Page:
Title:
METHOD FOR PROGRAMMING AND/OR DIAGNOSING A PROGRAMMABLE CONTROLLER
Kind Code:
A1


Abstract:
The present invention relates to a method for programming and/or diagnosing a stored-program controller that includes at least one programmable function block, a specified programming system being used for programming, and, within the scope of this programming system, variables are specified and information-exchange sequences are used for programming; according to the present invention, results of the programming or diagnosis are output via a display device during at least one programming mode, and the information-exchange sequences are assigned to the function block and are made available as predefined information-exchange sequences of this programmable function block.



Inventors:
Schultze, Stephan (Lohr, DE)
Paul, Wolfgang (Lohr, DE)
Application Number:
12/339210
Publication Date:
06/25/2009
Filing Date:
12/19/2008
Primary Class:
International Classes:
G05B11/01
View Patent Images:



Primary Examiner:
LIN, JASON
Attorney, Agent or Firm:
STRIKER, STRIKER & STENBY (103 EAST NECK ROAD, HUNTINGTON, NY, 11743, US)
Claims:
What is claimed is:

1. A method for programming and/or diagnosing a stored-program controller that includes at least one programmable function block, a specified programming system being used for programming, and, within the scope of this programming system, variables are specified and information-exchange sequences (10) are used for programming, wherein results of the programming are output via a display device during at least one programming mode, and the information-exchange sequences (10) are assigned to the function block and are made available as predefined information-exchange sequences (10) of this programmable function block.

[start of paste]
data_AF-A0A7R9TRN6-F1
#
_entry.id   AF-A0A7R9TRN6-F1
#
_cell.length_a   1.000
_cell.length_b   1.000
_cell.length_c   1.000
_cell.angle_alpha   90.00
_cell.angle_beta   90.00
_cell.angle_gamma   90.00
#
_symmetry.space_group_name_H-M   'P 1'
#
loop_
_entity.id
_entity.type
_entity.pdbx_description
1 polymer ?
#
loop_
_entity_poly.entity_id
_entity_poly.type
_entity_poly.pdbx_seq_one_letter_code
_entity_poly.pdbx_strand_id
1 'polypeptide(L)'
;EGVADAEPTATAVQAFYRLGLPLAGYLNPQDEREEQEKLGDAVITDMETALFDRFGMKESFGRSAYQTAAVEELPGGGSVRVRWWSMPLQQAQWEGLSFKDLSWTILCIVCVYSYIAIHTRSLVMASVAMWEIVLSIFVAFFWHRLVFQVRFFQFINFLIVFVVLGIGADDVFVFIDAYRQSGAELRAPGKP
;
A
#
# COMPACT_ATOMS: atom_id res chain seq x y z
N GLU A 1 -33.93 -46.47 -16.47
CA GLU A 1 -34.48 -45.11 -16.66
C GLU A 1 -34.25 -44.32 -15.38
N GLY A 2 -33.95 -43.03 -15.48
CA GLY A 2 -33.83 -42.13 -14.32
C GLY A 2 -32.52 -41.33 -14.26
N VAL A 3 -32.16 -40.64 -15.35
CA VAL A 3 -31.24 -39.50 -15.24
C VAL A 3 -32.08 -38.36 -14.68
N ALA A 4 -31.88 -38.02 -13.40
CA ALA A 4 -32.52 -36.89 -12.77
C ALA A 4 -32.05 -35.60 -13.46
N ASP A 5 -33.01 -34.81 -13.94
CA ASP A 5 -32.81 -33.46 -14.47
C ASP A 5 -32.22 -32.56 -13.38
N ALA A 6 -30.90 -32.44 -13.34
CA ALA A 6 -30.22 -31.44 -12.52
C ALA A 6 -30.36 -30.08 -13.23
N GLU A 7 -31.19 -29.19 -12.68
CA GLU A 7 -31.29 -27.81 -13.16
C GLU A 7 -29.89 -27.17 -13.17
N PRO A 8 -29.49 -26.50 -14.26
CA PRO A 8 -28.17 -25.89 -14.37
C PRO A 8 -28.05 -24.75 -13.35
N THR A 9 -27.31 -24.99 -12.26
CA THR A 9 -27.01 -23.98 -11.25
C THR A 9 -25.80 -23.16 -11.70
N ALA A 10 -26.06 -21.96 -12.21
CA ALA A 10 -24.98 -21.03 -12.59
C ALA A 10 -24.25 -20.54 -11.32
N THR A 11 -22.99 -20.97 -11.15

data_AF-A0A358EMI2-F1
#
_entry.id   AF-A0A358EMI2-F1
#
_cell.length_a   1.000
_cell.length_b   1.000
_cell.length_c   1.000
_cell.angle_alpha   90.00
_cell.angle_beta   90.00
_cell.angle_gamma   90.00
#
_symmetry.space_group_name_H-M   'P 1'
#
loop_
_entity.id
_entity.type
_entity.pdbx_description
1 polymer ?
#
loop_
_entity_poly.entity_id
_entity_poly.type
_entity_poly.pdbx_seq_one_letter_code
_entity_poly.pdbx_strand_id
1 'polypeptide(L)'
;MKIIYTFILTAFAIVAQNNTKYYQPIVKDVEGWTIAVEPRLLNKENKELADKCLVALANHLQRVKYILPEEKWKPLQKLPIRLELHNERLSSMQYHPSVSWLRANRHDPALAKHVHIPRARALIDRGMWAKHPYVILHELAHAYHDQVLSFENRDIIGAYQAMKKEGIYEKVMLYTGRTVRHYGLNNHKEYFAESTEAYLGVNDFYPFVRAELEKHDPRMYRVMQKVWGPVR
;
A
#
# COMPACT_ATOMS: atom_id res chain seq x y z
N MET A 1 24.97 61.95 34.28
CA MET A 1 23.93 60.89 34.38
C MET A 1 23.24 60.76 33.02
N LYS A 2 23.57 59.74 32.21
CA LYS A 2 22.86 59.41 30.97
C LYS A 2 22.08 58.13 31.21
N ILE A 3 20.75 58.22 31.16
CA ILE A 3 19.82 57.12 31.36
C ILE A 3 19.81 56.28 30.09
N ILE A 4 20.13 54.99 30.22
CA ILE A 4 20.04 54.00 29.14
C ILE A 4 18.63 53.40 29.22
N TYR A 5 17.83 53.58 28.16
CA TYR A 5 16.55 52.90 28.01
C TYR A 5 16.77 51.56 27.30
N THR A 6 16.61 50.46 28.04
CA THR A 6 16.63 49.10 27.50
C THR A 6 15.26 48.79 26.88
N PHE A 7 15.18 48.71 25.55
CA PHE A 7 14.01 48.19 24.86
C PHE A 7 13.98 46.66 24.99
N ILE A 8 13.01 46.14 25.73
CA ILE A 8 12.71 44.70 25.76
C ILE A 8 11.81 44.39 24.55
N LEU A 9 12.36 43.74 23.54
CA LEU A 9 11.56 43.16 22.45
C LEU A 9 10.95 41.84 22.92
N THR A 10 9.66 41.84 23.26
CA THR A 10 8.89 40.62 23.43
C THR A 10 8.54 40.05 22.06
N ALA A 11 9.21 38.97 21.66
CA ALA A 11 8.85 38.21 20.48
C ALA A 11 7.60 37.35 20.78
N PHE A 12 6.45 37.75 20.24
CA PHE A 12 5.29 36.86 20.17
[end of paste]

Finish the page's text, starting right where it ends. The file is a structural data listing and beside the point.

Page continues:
2. The method as recited in claim 1, wherein information-exchange sequences (10) may be called up from a program that was written for the stored-program controller.

3. The method as recited in claim 1, wherein a directory of a large number of programmable function blocks is available, and the information-exchange sequences (10) may be downloaded via this directory.

4. The method as recited in claim 1, wherein at least one variable is set to a predetermined value using an information-exchange sequence (10).

5. The method as recited in claim 1, wherein the information-exchange sequences (10) include picture elements (12).

6. The method as recited in claim 1, wherein the information-exchange sequences (10) are called up via the implementation part or the declaration part of the SPC program.

7. The method as recited in claim 1, wherein internal states of the function block are displayed using at least one information-exchange sequence (10).

8. The method as recited in claim 1, wherein help instructions may be called up using an information-exchange sequence (10).

Description: